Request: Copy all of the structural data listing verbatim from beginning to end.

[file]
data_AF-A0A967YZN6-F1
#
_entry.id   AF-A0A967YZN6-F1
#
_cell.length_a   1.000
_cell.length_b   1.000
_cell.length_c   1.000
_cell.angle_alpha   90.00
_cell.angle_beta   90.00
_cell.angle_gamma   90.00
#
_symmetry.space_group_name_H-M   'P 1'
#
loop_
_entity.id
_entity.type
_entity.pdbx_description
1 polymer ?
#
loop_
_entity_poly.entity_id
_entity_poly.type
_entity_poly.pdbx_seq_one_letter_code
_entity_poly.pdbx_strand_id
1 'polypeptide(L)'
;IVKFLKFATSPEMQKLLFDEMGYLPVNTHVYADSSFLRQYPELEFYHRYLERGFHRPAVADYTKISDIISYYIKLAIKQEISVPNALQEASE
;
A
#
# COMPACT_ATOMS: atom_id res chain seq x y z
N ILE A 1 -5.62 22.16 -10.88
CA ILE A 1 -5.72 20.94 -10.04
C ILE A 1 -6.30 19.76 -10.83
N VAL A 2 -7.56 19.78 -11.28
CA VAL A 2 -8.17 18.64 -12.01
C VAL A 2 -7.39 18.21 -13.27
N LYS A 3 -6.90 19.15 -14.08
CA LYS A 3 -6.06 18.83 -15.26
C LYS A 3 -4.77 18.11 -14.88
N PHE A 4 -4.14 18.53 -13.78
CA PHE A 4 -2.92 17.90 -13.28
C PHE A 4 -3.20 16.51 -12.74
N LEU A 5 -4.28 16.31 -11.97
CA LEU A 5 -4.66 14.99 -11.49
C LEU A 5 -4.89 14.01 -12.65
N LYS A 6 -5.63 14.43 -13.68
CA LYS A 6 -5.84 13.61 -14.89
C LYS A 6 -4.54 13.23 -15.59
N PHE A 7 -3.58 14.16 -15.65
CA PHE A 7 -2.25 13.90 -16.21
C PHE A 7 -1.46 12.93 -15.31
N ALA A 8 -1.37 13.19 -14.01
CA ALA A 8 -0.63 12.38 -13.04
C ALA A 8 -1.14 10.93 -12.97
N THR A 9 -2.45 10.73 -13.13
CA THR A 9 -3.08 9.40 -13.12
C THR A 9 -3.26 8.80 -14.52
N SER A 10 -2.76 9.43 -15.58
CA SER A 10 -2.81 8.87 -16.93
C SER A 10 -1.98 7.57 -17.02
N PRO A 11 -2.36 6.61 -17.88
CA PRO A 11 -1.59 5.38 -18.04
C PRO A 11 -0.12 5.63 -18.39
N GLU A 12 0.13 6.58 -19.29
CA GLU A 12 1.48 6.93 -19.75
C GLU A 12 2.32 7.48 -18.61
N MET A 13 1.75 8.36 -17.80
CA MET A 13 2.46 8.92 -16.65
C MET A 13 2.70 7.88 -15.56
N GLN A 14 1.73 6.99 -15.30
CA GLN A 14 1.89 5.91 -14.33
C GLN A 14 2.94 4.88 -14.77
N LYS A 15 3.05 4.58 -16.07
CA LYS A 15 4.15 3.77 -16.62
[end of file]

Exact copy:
data_AF-A0A967YZN6-F1
#
_entry.id   AF-A0A967YZN6-F1
#
_cell.length_a   1.000
_cell.length_b   1.000
_cell.length_c   1.000
_cell.angle_alpha   90.00
_cell.angle_beta   90.00
_cell.angle_gamma   90.00
#
_symmetry.space_group_name_H-M   'P 1'
#
loop_
_entity.id
_entity.type
_entity.pdbx_description
1 polymer ?
#
loop_
_entity_poly.entity_id
_entity_poly.type
_entity_poly.pdbx_seq_one_letter_code
_entity_poly.pdbx_strand_id
1 'polypeptide(L)'
;IVKFLKFATSPEMQKLLFDEMGYLPVNTHVYADSSFLRQYPELEFYHRYLERGFHRPAVADYTKISDIISYYIKLAIKQEISVPNALQEASE
;
A
#
# COMPACT_ATOMS: atom_id res chain seq x y z
N ILE A 1 -5.62 22.16 -10.88
CA ILE A 1 -5.72 20.94 -10.04
C ILE A 1 -6.30 19.76 -10.83
N VAL A 2 -7.56 19.78 -11.28
CA VAL A 2 -8.17 18.64 -12.01
C VAL A 2 -7.39 18.21 -13.27
N LYS A 3 -6.90 19.15 -14.08
CA LYS A 3 -6.06 18.83 -15.26
C LYS A 3 -4.77 18.11 -14.88
N PHE A 4 -4.14 18.53 -13.78
CA PHE A 4 -2.92 17.90 -13.28
C PHE A 4 -3.20 16.51 -12.74
N LEU A 5 -4.28 16.31 -11.97
CA LEU A 5 -4.66 14.99 -11.49
C LEU A 5 -4.89 14.01 -12.65
N LYS A 6 -5.63 14.43 -13.68
CA LYS A 6 -5.84 13.61 -14.89
C LYS A 6 -4.54 13.23 -15.59
N PHE A 7 -3.58 14.16 -15.65
CA PHE A 7 -2.25 13.90 -16.21
C PHE A 7 -1.46 12.93 -15.31
N ALA A 8 -1.37 13.19 -14.01
CA ALA A 8 -0.63 12.38 -13.04
C ALA A 8 -1.14 10.93 -12.97
N THR A 9 -2.45 10.73 -13.13
CA THR A 9 -3.08 9.40 -13.12
C THR A 9 -3.26 8.80 -14.52
N SER A 10 -2.76 9.43 -15.58
CA SER A 10 -2.81 8.87 -16.93
C SER A 10 -1.98 7.57 -17.02
N PRO A 11 -2.36 6.61 -17.88
CA PRO A 11 -1.59 5.38 -18.04
C PRO A 11 -0.12 5.63 -18.39
N GLU A 12 0.13 6.58 -19.29
CA GLU A 12 1.48 6.93 -19.75
C GLU A 12 2.32 7.48 -18.61
N MET A 13 1.75 8.36 -17.80
CA MET A 13 2.46 8.92 -16.65
C MET A 13 2.70 7.88 -15.56
N GLN A 14 1.73 6.99 -15.30
CA GLN A 14 1.89 5.91 -14.33
C GLN A 14 2.94 4.88 -14.77
N LYS A 15 3.05 4.58 -16.07
CA LYS A 15 4.15 3.77 -16.62